The Implications Behind the Foursquare Facts

Last night Dennis Crowley, co-founder of foursquare, told me that foursquare’s membership is now 1.7 million and growing at 100,000 per week.  He also mentioned that the game/service receives one million check-ins per day.

Pretty cool stats, and they got me to noodling…

…if 1.7 million people are checking in 1 million times, that suggests that on a given day at least 700,000 registered users are not checking in at all.

A colleague at a digital agency recently told me that the agency “required” everyone there to check in on foursquare day back in April. So… if all those people signed up in order to check in on that day, the question presents itself – how many actually used it on April 17th and thereafter?

If we speculate that there is a vanguard of 10-20% of users who are doing most of the checking-in, it seems that between 170,000 and 340,000 people are checking in 3-6 times a day.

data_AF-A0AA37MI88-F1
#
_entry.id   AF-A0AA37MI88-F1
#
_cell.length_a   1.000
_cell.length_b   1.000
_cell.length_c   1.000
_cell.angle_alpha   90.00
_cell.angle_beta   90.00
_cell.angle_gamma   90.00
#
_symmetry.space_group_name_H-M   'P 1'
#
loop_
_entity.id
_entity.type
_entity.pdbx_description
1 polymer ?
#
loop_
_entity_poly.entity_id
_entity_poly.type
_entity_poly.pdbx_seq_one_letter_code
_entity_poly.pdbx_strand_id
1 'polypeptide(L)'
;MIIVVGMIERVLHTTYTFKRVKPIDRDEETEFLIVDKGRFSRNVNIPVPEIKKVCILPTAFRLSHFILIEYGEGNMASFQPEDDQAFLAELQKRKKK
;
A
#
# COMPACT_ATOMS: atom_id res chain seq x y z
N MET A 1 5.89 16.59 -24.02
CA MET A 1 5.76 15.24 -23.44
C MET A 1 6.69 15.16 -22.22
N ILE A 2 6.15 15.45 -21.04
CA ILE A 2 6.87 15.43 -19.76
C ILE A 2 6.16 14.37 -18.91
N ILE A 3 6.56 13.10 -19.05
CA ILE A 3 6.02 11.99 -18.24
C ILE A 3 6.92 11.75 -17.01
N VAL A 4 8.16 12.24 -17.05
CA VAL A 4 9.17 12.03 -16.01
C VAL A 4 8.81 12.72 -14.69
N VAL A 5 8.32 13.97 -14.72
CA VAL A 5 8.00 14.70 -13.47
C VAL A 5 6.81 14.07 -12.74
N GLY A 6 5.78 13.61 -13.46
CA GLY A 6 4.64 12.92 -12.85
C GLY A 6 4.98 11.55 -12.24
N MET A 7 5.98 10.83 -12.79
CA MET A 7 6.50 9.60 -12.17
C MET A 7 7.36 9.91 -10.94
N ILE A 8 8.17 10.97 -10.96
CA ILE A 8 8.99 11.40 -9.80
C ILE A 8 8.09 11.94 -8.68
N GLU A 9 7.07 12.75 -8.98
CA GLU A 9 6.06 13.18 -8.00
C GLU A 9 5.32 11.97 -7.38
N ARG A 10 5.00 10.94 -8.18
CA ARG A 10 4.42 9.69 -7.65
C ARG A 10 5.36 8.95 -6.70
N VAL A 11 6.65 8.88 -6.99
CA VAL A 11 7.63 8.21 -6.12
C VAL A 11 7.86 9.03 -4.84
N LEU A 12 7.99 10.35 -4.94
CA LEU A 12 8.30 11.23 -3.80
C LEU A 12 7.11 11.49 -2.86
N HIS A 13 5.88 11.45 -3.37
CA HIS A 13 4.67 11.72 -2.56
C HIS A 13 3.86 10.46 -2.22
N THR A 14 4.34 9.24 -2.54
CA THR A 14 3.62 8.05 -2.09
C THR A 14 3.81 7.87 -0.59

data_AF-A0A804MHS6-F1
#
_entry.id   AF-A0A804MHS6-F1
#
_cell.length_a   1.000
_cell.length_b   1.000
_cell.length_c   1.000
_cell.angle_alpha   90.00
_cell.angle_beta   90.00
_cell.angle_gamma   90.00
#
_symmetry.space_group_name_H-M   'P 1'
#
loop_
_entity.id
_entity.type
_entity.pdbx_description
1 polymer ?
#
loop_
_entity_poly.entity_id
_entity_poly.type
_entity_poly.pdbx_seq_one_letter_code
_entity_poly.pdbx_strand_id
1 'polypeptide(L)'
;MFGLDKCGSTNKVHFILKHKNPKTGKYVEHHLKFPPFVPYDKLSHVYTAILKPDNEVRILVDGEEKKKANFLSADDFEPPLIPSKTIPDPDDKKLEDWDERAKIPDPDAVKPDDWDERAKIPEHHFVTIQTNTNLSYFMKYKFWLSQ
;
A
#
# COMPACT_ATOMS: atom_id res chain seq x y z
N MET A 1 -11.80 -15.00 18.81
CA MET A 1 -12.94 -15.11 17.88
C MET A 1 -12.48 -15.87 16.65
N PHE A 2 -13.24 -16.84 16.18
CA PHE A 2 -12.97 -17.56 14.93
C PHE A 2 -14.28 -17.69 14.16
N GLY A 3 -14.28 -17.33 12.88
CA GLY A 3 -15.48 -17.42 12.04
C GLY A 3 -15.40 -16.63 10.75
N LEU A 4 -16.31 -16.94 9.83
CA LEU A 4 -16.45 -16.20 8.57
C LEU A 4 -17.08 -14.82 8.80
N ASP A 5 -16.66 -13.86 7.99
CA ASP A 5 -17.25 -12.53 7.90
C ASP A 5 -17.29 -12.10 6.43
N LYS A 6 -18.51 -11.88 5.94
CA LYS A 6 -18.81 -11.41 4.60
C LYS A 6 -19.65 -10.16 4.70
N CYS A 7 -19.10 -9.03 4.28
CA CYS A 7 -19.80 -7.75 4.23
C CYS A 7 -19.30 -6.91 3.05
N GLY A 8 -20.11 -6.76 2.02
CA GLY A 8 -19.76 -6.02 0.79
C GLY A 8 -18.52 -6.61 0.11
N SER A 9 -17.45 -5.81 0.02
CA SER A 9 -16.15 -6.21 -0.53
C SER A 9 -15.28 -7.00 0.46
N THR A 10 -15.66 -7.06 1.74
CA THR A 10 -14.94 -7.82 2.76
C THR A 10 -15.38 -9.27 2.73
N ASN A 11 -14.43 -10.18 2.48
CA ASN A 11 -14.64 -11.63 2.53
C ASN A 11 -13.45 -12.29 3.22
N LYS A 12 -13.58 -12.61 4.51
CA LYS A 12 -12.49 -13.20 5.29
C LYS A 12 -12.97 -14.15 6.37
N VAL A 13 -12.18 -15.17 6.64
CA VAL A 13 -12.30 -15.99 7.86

So, the excitement is there – lots of buzz & photo opps for Dennis. The awareness is growing – Starbucks!, but usage may not be keeping up with adoption – or, to put it another way, adoption is not keeping up with registration.

There is surely a population of users who check-in only when they have something interesting that they want to announce.

There is a second foursquare topic that has crossed my mind since Dennis’ Bartiromo interview and his talk last night. With respect to privacy, foursquare points out that your check-ins, i.e., announcements of where you are, go out only to your friends and/or facebook friends and/or twitter followers, i.e., it is your choice how private or public you want to be. In fact, you may choose not to issue a notification at all.

But here’s the rub… when I check into a venue, I can see everyone else who has checked in there – whether or not I know them at all. I can also see where they hold mayorships and what badges they have. Hmmm…

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